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QNAP TS-453A NAS Review

QNAP isn't a stranger to specialty NAS systems, but the new TS-453A introduces an entirely new feature that will have you singing with joy.

Conclusion

We have several systems in the lab and more on the way with Intel's new Celeron N3150. So far, we're impressed with its low power consumption, performance and feature set. The connectivity offered by the platform's PCIe opens the door to more functionality, too.

Many NAS vendors load their systems with 10GbE as a differentiator. That's a safe choice for networked storage. QNAP does have several configurations available with 10GbE in the SMB segment, so there's little reason to do another one (especially with four drive bays).

The TS-453A is much more unique with its dual dynamic microphone inputs and high bit-rate audio output. The appliance should really fall into the high-end home/media server category. It does offer good value in the small business space, and includes the features to attract those customers. But we think the extras beg for a place in your living room.

This tug of war is the dilemma we face with a lot of QNAP products. Their feature sets are so broad, and the TS-453A extends out to an entirely new market. Of course, if we had to pay a premium for the A/V-based extras, we'd probably pass. But QNAP adds them as a value; they don't increase the TS-453A's price. It actually costs less than many other Celeron N3150-based systems. At the time of writing, you can find it with 4GB of RAM for $60 less than Asustor's AS204T.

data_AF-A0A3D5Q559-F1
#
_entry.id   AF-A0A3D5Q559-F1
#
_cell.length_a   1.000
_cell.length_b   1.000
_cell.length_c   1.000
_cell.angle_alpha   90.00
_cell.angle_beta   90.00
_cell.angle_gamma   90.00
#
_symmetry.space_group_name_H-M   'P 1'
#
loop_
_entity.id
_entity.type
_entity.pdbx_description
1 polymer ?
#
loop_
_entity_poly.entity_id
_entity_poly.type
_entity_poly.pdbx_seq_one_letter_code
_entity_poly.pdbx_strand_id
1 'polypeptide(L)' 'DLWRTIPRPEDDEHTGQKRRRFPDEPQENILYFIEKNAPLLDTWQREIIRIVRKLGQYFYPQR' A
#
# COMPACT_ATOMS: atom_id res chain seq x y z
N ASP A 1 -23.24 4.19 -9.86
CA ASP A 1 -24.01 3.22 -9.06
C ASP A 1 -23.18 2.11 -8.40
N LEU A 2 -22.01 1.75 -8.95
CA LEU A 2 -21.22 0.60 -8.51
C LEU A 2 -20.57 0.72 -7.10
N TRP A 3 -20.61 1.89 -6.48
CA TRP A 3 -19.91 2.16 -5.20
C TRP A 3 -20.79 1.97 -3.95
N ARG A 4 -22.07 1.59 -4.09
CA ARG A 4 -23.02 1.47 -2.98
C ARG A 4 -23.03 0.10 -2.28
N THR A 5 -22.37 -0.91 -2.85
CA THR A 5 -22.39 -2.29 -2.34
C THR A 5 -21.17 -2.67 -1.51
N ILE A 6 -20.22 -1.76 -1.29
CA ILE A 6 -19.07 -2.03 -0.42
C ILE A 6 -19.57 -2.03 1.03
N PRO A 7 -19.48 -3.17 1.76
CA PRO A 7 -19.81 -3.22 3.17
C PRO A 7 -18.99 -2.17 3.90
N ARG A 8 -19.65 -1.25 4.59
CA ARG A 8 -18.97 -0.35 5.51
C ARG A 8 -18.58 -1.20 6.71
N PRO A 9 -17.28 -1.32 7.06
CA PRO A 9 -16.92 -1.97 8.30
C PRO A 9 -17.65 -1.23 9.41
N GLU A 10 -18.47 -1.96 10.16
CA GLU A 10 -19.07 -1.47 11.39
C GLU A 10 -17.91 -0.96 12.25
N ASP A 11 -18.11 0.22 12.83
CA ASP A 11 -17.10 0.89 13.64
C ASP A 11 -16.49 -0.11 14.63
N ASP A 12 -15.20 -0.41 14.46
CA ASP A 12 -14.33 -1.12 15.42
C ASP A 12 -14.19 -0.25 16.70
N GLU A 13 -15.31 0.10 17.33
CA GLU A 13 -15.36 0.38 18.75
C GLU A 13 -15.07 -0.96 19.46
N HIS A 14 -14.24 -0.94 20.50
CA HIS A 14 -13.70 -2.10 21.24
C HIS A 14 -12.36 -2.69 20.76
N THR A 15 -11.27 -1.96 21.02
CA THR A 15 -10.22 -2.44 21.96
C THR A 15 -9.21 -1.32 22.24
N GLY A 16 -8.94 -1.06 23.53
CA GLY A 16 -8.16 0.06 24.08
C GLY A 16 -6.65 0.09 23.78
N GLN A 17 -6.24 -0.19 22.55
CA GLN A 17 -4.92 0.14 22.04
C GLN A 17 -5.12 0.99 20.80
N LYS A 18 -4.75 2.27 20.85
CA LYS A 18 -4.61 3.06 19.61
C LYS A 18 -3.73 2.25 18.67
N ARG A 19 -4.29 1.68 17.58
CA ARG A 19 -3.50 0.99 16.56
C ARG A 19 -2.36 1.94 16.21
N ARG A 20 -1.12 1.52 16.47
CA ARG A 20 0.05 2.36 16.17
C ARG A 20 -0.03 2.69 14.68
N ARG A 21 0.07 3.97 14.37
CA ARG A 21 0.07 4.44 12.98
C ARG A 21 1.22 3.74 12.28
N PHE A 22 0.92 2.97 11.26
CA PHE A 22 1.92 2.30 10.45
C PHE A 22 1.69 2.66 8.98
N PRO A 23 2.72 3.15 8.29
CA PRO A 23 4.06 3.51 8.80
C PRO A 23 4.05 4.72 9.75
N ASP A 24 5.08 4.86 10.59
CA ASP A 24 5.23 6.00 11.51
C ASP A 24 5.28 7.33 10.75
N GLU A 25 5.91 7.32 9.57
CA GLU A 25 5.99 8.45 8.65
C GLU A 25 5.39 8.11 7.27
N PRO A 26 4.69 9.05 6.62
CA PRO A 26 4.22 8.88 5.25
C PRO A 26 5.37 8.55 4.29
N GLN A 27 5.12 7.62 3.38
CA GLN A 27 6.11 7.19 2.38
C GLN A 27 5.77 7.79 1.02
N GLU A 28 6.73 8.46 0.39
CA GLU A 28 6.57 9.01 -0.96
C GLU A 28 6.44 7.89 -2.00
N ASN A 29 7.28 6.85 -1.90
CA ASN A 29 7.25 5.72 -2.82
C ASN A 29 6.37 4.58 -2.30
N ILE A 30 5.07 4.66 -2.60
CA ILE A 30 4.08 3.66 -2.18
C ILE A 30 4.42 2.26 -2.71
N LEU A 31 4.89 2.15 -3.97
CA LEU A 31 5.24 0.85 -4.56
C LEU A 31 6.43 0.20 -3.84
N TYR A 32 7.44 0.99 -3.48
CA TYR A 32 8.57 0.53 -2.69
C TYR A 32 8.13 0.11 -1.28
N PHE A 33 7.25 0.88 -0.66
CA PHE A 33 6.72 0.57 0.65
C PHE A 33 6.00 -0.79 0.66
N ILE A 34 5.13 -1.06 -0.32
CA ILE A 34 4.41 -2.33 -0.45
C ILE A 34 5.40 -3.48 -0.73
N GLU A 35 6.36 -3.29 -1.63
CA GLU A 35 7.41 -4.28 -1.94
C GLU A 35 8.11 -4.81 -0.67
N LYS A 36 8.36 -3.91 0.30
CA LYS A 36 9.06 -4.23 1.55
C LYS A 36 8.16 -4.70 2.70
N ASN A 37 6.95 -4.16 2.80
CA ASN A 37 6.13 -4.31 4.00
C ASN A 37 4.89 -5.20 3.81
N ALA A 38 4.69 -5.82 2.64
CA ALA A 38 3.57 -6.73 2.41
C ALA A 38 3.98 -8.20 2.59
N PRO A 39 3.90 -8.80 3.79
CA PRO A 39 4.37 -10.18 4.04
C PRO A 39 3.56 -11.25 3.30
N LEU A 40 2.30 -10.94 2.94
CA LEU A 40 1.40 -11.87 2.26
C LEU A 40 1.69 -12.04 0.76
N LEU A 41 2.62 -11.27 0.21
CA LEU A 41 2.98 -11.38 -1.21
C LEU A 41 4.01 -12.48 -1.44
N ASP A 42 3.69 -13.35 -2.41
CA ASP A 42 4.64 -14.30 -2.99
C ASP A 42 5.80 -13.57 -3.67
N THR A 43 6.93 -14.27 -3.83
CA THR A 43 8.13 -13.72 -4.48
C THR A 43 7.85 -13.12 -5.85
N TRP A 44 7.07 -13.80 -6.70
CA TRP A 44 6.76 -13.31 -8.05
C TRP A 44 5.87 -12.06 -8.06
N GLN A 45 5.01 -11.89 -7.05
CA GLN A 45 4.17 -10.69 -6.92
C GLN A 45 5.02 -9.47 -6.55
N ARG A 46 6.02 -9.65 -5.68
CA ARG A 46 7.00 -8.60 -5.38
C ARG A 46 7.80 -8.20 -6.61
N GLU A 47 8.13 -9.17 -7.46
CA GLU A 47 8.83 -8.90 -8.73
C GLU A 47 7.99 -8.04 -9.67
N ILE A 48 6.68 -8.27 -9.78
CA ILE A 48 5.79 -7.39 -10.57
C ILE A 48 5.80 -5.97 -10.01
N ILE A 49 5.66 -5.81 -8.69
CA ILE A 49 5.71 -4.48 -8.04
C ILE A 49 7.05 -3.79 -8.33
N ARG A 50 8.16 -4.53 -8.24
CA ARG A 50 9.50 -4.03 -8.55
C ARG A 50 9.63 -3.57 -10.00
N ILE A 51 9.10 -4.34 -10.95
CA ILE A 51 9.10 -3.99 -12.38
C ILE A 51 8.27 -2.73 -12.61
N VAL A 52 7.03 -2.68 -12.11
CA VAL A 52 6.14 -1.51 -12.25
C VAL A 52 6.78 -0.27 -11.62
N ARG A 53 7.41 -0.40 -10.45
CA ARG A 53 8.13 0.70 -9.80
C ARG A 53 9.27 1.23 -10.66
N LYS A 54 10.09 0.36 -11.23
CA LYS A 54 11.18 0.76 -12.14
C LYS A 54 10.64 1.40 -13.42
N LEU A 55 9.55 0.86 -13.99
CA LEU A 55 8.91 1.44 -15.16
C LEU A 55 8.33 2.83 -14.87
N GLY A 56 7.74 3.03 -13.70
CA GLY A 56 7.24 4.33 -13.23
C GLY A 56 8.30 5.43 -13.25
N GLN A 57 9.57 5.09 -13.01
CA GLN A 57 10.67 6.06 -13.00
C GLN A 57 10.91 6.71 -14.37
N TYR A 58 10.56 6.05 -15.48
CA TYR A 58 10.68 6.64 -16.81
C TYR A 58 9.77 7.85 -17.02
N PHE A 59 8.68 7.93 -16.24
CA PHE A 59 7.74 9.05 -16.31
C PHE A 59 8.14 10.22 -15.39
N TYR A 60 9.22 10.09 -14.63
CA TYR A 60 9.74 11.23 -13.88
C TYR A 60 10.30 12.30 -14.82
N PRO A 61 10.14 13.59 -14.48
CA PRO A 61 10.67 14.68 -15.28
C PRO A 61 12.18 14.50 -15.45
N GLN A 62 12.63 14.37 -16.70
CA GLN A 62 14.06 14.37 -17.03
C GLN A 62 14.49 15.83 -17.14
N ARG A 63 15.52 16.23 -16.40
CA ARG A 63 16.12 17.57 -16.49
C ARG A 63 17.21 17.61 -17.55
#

The 8GB version sells for $70 more on one site. However, we found it with a $250 mark-up on another. As enthusiasts, this makes us gravitate toward the lower-capacity model with an eye to upgrading it ourselves. Besides, we found 4GB sufficient to deliver a satisfying experience with many of the advanced features like Linux Station active. The more applications you load up, the more memory you'll want. At a certain point, it'll naturally make sense to pop another 4GB in to max out Intel's SoC.

QNAP delivers more software features than any other NAS manufacturer. Each package installs with just a few clicks, and a large support forum provides answers to questions that spring up along the way. Some applications focus on consumer tasks like video transcoding. Other applications focus on business requirements. But our favorites, such as CloudLink, land somewhere in between.

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Chris Ramseyer is a Contributing Editor for Tom's Hardware, covering Storage. Follow him on Twitter and Facebook.

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Chris Ramseyer
Chris Ramseyer is a Contributing Editor for Tom's Hardware US. He tests and reviews consumer storage.